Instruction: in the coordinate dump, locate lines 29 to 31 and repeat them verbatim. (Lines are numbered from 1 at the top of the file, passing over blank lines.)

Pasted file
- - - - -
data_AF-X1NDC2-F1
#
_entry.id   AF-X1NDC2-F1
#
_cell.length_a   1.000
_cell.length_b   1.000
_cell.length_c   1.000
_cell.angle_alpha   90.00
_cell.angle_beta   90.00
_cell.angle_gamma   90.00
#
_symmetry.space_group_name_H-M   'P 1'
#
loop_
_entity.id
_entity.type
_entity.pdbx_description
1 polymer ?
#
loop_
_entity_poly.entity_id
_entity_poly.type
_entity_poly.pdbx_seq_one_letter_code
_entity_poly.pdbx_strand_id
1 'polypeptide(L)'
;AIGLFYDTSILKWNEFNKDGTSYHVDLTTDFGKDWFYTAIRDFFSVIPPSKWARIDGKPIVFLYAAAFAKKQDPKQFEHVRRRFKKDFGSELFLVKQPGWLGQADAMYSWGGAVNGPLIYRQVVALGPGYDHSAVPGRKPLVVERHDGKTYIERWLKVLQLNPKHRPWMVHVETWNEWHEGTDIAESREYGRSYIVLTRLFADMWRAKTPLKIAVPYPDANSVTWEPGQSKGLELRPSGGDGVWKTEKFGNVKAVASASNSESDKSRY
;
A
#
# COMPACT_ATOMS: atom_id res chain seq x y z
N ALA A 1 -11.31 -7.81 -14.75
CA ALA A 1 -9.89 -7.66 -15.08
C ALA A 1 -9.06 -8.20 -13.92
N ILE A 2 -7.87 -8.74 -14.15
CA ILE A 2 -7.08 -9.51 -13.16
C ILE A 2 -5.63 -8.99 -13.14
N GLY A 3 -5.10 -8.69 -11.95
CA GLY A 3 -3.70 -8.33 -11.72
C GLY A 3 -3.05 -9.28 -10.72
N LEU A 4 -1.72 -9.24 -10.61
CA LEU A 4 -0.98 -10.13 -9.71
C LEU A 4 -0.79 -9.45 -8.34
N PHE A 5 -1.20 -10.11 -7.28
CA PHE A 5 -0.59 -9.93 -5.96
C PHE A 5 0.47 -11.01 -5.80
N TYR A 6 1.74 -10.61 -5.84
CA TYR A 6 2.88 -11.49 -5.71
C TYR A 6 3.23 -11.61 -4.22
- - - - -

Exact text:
#
# COMPACT_ATOMS: atom_id res chain seq x y z
N ALA A 1 -11.31 -7.81 -14.75